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I'm sitting with a special case of GBM where $B(t)$ is Brownian motion with drift $\mu$ and variance $\sigma^2$. I want to find the expected value of $A(t)$, where $A(t)$ is given by $$A(t)=exp(B(t))B(t)+C$$ and C is a constant. Has anyone worked with such a model before?

I'm thinking that $$E[A(t)]=E[B(t) \exp(\mu t)]+C=\mu t\exp(\mu t)+C$$ is the answer to the expected value (not 100% sure), but how do I determine the variance of $A(t)$?

Thanks in advance.

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up vote 0 down vote accepted

Since $B(t)$ has a normal distribution with mean $\mu t$ and variance $\sigma^2 t$, you know that its density function is $$p_t(x) = \frac{1}{\sqrt{2 \pi \sigma^2 t}} e^{-(x-\mu t)^2/2\sigma^2 t}.$$ So you can find the expected value of any function $f(B(t))$ by computing the integral $\int_{-\infty}^\infty f(x) p_t(x)\,dx$. For $E[A(t)]$, you'll compute $$\int_{-\infty}^{\infty} (e^x x + C) \frac{1}{\sqrt{2 \pi \sigma^2 t}} e^{-(x-\mu t)^2/2\sigma^2 t}\,dx = \int_{-\infty}^{\infty} \frac{1}{\sqrt{2 \pi \sigma^2 t}} x e^{x -(x-\mu t)^2/2\sigma^2t}\,dx + C.$$ This should be easily computed by a change of variables. Maple says we get $$e^{\mu t + \sigma^2 t/2} (\sigma^2 t + \mu t). $$ The variance should be computable by a similar technique; I think there may be an integration by parts needed as well.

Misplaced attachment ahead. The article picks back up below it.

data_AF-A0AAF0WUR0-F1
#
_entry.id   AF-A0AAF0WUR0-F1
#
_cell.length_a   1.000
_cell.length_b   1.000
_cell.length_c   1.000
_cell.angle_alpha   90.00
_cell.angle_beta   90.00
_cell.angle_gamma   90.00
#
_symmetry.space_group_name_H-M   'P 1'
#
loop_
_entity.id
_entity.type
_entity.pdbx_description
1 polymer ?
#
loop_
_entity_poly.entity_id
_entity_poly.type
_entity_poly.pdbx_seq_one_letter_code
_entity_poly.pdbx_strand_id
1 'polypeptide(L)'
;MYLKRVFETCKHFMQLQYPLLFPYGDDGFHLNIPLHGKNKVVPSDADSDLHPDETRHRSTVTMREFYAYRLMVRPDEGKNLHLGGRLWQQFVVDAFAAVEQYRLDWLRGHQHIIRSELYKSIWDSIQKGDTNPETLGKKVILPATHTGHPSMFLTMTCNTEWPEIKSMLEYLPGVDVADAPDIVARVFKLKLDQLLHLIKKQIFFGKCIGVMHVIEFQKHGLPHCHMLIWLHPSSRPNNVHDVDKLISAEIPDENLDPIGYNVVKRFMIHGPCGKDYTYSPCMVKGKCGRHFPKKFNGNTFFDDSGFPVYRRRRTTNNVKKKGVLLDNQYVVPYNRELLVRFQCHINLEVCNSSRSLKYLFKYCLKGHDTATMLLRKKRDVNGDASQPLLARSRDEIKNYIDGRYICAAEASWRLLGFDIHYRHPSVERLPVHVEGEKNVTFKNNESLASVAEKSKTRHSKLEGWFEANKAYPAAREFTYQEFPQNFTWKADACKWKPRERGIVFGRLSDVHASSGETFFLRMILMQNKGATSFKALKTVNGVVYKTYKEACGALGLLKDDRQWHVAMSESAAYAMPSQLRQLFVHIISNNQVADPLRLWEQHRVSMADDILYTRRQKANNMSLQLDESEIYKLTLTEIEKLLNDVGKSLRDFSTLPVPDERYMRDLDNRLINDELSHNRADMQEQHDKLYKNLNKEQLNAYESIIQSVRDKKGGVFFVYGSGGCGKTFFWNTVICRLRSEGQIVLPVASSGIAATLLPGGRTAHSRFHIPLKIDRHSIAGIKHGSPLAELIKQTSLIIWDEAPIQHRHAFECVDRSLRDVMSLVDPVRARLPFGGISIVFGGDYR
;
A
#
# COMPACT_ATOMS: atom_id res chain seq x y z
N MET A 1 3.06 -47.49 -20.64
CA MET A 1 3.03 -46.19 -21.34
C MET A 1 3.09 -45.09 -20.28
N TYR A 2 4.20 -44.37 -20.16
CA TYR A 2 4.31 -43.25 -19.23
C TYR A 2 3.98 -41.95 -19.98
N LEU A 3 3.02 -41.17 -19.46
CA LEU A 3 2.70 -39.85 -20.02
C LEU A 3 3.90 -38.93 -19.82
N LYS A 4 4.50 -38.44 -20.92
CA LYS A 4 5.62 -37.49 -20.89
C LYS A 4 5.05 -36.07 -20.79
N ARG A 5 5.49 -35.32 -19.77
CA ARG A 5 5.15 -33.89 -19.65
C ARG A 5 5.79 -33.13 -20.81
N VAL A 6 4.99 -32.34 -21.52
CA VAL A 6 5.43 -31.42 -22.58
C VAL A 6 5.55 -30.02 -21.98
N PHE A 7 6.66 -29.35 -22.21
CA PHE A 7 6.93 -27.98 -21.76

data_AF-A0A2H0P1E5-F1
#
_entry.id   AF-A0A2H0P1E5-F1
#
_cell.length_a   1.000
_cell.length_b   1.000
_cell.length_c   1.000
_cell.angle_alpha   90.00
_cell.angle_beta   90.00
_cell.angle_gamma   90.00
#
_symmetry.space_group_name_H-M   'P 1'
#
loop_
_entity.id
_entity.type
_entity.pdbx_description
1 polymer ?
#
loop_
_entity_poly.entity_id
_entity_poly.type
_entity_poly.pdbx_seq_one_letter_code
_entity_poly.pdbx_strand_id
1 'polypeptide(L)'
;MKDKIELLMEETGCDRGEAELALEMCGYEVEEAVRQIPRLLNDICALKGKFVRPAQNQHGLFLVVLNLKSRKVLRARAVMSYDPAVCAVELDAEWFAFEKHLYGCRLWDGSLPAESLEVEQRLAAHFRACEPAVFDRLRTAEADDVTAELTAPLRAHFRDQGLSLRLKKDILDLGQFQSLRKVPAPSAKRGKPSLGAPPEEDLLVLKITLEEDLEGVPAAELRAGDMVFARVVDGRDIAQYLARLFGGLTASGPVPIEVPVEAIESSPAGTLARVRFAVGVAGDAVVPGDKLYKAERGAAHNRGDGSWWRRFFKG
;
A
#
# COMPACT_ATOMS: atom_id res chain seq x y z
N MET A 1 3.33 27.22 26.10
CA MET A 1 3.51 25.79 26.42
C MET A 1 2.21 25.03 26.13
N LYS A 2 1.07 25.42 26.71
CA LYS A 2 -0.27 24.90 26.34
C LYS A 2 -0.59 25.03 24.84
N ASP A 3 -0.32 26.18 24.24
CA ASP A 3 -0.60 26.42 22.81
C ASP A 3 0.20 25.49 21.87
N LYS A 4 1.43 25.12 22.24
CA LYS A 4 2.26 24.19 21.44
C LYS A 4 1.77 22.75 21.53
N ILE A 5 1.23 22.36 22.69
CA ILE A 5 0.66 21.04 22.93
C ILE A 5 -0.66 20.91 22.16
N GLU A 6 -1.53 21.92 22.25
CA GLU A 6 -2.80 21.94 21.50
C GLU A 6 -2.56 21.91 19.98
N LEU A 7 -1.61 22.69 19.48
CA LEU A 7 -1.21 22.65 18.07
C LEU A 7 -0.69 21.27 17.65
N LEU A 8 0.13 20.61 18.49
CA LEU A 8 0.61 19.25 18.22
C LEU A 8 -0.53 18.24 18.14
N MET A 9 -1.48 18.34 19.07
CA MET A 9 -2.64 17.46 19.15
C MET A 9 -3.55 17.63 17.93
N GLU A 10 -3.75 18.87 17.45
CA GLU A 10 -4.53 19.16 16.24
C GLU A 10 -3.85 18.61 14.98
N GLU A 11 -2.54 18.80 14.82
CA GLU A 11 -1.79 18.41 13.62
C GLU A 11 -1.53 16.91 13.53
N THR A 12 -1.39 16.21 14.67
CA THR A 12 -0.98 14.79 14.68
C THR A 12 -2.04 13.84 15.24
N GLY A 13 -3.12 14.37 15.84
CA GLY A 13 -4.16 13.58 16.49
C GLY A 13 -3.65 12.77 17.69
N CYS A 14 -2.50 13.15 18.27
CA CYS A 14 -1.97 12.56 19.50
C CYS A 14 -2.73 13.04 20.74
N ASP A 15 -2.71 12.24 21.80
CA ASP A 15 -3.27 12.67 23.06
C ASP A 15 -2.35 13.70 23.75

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Thanks, I see p_t(x) = \frac{1}{\sqrt{2 \pi \sigma^2 t}} e^{-(x-\mu t)^2/2\sigma^2 t} right? – user117142 Dec 21 '13 at 20:25
@Jimmy: Yes, fixed. – Nate Eldredge Dec 21 '13 at 21:55

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